GEORGE TOWN, March 5 — While joining mega trading blocs may be the solution for companies hit by the repercussion of the Covid-19 pandemic, the business community must always adopt a company-centric strategy.
Special investment advisor to the Penang chief minister, Datuk Seri Lee Kah Choon said the Regional Comprehensive Economic Partnership (RCEP), targeted to come into effect in early 2022, is seen as a positive move for a trading nation like Malaysia.
“It is positive to Malaysia at the moment, unless a new trading bloc appears in the future,” he said in a virtual Power Talk session titled “How RCEP Will Impact the Regional and Malaysian Economy”, organised by the Penang Premium Business Enterprise Association (PPBEA).
During this ratification period, Lee said it is critical for companies to prepare and strategically plan on how best to leverage the trade preferences that RCEP would deliver.
Furthermore, he said, companies must identify the areas where trade costs could be reduced and competitive advantages could be gained in the new market with greater access as well as review their current supply chains to determine if there is an opportunity to expand into the region’s growing markets.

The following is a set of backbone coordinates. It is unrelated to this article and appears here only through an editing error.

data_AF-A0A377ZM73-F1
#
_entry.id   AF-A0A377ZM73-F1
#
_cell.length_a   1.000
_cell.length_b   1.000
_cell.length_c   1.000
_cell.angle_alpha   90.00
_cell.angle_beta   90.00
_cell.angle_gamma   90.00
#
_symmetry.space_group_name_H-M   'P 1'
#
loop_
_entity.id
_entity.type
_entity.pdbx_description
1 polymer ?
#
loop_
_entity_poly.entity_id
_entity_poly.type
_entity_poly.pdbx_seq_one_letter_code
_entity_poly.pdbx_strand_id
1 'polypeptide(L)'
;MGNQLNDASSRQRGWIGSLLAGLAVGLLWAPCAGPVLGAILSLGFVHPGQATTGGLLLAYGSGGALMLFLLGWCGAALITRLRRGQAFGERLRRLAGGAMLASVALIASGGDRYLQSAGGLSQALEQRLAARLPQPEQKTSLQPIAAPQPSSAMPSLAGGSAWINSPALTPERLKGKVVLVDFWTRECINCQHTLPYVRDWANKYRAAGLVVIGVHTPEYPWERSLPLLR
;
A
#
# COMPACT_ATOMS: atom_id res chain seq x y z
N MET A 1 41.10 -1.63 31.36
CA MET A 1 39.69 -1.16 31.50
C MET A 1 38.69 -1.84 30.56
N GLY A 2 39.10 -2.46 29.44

Lee said that when curating their medium or long-term plan, businesses should also consider incorporating their companies outside of Malaysia, particularly in countries that already have free trade agreements with nations that Malaysia currently do not have.
“While RCEP can help restore waning domestic and foreign investment, depending on member countries’ quick ratification and implementation, Malaysia will likely be forced to choose if another trading bloc appears.
“Therefore, businesses must make sure the company’s interest is not dictated by the country’s direction,” he said. — Bernama